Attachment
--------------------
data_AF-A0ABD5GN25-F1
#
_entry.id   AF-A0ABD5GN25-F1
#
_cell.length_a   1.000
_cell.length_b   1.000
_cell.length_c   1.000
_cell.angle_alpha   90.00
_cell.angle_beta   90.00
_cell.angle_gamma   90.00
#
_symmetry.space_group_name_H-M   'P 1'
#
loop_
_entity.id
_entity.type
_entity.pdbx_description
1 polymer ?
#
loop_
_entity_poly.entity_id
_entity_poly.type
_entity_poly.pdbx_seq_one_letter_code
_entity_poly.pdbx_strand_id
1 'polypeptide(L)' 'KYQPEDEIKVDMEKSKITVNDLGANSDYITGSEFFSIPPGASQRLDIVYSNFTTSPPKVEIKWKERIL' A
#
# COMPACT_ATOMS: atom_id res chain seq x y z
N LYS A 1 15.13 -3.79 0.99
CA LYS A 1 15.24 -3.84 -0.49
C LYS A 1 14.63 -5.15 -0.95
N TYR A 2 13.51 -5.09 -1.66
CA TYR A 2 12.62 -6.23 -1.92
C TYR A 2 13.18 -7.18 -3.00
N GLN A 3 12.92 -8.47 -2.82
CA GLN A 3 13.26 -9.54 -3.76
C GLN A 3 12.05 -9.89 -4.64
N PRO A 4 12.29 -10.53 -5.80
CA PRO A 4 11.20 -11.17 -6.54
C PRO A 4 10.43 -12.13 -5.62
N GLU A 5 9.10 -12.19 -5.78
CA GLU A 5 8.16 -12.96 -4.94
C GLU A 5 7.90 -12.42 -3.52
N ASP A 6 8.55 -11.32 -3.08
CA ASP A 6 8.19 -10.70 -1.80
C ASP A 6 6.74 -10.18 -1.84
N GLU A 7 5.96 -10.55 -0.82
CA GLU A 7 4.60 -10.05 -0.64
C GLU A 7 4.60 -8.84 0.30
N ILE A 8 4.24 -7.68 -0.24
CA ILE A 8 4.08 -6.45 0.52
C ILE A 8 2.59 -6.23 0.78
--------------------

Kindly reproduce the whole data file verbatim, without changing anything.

data_AF-A0ABD5GN25-F1
#
_entry.id   AF-A0ABD5GN25-F1
#
_cell.length_a   1.000
_cell.length_b   1.000
_cell.length_c   1.000
_cell.angle_alpha   90.00
_cell.angle_beta   90.00
_cell.angle_gamma   90.00
#
_symmetry.space_group_name_H-M   'P 1'
#
loop_
_entity.id
_entity.type
_entity.pdbx_description
1 polymer ?
#
loop_
_entity_poly.entity_id
_entity_poly.type
_entity_poly.pdbx_seq_one_letter_code
_entity_poly.pdbx_strand_id
1 'polypeptide(L)' 'KYQPEDEIKVDMEKSKITVNDLGANSDYITGSEFFSIPPGASQRLDIVYSNFTTSPPKVEIKWKERIL' A
#
# COMPACT_ATOMS: atom_id res chain seq x y z
N LYS A 1 15.13 -3.79 0.99
CA LYS A 1 15.24 -3.84 -0.49
C LYS A 1 14.63 -5.15 -0.95
N TYR A 2 13.51 -5.09 -1.66
CA TYR A 2 12.62 -6.23 -1.92
C TYR A 2 13.18 -7.18 -3.00
N GLN A 3 12.92 -8.47 -2.82
CA GLN A 3 13.26 -9.54 -3.76
C GLN A 3 12.05 -9.89 -4.64
N PRO A 4 12.29 -10.53 -5.80
CA PRO A 4 11.20 -11.17 -6.54
C PRO A 4 10.43 -12.13 -5.62
N GLU A 5 9.10 -12.19 -5.78
CA GLU A 5 8.16 -12.96 -4.94
C GLU A 5 7.90 -12.42 -3.52
N ASP A 6 8.55 -11.32 -3.08
CA ASP A 6 8.19 -10.70 -1.80
C ASP A 6 6.74 -10.18 -1.84
N GLU A 7 5.96 -10.55 -0.82
CA GLU A 7 4.60 -10.05 -0.64
C GLU A 7 4.60 -8.84 0.30
N ILE A 8 4.24 -7.68 -0.24
CA ILE A 8 4.08 -6.45 0.52
C ILE A 8 2.59 -6.23 0.78